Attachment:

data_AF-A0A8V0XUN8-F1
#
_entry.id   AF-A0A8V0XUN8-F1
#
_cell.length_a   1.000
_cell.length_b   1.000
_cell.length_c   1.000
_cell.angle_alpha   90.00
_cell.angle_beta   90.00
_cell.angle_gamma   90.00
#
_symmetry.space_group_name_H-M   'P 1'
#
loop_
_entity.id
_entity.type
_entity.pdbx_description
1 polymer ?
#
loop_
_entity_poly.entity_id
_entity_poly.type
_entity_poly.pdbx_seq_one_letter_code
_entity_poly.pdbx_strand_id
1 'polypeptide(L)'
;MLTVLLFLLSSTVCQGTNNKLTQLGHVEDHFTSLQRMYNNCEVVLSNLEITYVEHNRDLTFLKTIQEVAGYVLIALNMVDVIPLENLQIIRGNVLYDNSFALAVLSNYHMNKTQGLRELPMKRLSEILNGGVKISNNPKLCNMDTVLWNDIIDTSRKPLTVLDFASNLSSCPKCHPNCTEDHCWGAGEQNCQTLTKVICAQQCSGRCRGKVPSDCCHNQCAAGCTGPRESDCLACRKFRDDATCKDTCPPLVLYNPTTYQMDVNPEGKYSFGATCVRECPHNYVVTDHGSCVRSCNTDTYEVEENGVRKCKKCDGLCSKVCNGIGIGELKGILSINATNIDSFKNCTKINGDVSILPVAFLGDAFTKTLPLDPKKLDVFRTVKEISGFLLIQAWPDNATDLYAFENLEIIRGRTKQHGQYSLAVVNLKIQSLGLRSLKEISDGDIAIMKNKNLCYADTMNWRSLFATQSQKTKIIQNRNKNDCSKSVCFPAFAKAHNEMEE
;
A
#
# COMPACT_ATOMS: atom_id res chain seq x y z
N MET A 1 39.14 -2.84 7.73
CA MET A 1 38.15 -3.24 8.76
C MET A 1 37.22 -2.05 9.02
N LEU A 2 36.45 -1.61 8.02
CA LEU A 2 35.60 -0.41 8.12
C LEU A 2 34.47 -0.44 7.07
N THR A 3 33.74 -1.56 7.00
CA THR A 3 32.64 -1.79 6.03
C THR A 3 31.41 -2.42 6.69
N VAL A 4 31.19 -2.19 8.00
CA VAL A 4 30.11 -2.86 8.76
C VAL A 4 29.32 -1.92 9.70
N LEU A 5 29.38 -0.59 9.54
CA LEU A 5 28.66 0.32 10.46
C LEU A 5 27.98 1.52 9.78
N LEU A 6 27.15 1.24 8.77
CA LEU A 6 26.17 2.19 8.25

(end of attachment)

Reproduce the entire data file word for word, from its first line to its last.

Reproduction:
data_AF-A0A8V0XUN8-F1
#
_entry.id   AF-A0A8V0XUN8-F1
#
_cell.length_a   1.000
_cell.length_b   1.000
_cell.length_c   1.000
_cell.angle_alpha   90.00
_cell.angle_beta   90.00
_cell.angle_gamma   90.00
#
_symmetry.space_group_name_H-M   'P 1'
#
loop_
_entity.id
_entity.type
_entity.pdbx_description
1 polymer ?
#
loop_
_entity_poly.entity_id
_entity_poly.type
_entity_poly.pdbx_seq_one_letter_code
_entity_poly.pdbx_strand_id
1 'polypeptide(L)'
;MLTVLLFLLSSTVCQGTNNKLTQLGHVEDHFTSLQRMYNNCEVVLSNLEITYVEHNRDLTFLKTIQEVAGYVLIALNMVDVIPLENLQIIRGNVLYDNSFALAVLSNYHMNKTQGLRELPMKRLSEILNGGVKISNNPKLCNMDTVLWNDIIDTSRKPLTVLDFASNLSSCPKCHPNCTEDHCWGAGEQNCQTLTKVICAQQCSGRCRGKVPSDCCHNQCAAGCTGPRESDCLACRKFRDDATCKDTCPPLVLYNPTTYQMDVNPEGKYSFGATCVRECPHNYVVTDHGSCVRSCNTDTYEVEENGVRKCKKCDGLCSKVCNGIGIGELKGILSINATNIDSFKNCTKINGDVSILPVAFLGDAFTKTLPLDPKKLDVFRTVKEISGFLLIQAWPDNATDLYAFENLEIIRGRTKQHGQYSLAVVNLKIQSLGLRSLKEISDGDIAIMKNKNLCYADTMNWRSLFATQSQKTKIIQNRNKNDCSKSVCFPAFAKAHNEMEE
;
A
#
# COMPACT_ATOMS: atom_id res chain seq x y z
N MET A 1 39.14 -2.84 7.73
CA MET A 1 38.15 -3.24 8.76
C MET A 1 37.22 -2.05 9.02
N LEU A 2 36.45 -1.61 8.02
CA LEU A 2 35.60 -0.41 8.12
C LEU A 2 34.47 -0.44 7.07
N THR A 3 33.74 -1.56 7.00
CA THR A 3 32.64 -1.79 6.03
C THR A 3 31.41 -2.42 6.69
N VAL A 4 31.19 -2.19 8.00
CA VAL A 4 30.11 -2.86 8.76
C VAL A 4 29.32 -1.92 9.70
N LEU A 5 29.38 -0.59 9.54
CA LEU A 5 28.66 0.32 10.46
C LEU A 5 27.98 1.52 9.78
N LEU A 6 27.15 1.24 8.77
CA LEU A 6 26.17 2.19 8.25